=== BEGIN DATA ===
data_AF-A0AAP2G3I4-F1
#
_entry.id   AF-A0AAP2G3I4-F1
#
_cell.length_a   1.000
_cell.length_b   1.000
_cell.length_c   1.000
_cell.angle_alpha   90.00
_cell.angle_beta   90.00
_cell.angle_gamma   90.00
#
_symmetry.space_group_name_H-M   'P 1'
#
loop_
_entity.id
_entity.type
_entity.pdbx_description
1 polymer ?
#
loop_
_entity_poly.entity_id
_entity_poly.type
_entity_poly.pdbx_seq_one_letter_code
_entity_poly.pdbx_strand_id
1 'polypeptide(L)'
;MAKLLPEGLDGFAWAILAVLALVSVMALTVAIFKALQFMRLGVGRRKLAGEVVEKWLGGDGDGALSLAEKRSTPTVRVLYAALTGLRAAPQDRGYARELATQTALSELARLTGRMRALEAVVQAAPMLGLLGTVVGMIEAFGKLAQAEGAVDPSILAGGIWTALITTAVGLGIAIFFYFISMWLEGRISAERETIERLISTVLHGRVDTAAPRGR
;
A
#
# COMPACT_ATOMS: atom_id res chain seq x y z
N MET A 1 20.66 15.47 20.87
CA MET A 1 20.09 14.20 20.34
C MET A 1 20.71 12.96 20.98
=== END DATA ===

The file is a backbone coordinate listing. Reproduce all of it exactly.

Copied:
data_AF-A0AAP2G3I4-F1
#
_entry.id   AF-A0AAP2G3I4-F1
#
_cell.length_a   1.000
_cell.length_b   1.000
_cell.length_c   1.000
_cell.angle_alpha   90.00
_cell.angle_beta   90.00
_cell.angle_gamma   90.00
#
_symmetry.space_group_name_H-M   'P 1'
#
loop_
_entity.id
_entity.type
_entity.pdbx_description
1 polymer ?
#
loop_
_entity_poly.entity_id
_entity_poly.type
_entity_poly.pdbx_seq_one_letter_code
_entity_poly.pdbx_strand_id
1 'polypeptide(L)'
;MAKLLPEGLDGFAWAILAVLALVSVMALTVAIFKALQFMRLGVGRRKLAGEVVEKWLGGDGDGALSLAEKRSTPTVRVLYAALTGLRAAPQDRGYARELATQTALSELARLTGRMRALEAVVQAAPMLGLLGTVVGMIEAFGKLAQAEGAVDPSILAGGIWTALITTAVGLGIAIFFYFISMWLEGRISAERETIERLISTVLHGRVDTAAPRGR
;
A
#
# COMPACT_ATOMS: atom_id res chain seq x y z
N MET A 1 20.66 15.47 20.87
CA MET A 1 20.09 14.20 20.34
C MET A 1 20.71 12.96 20.98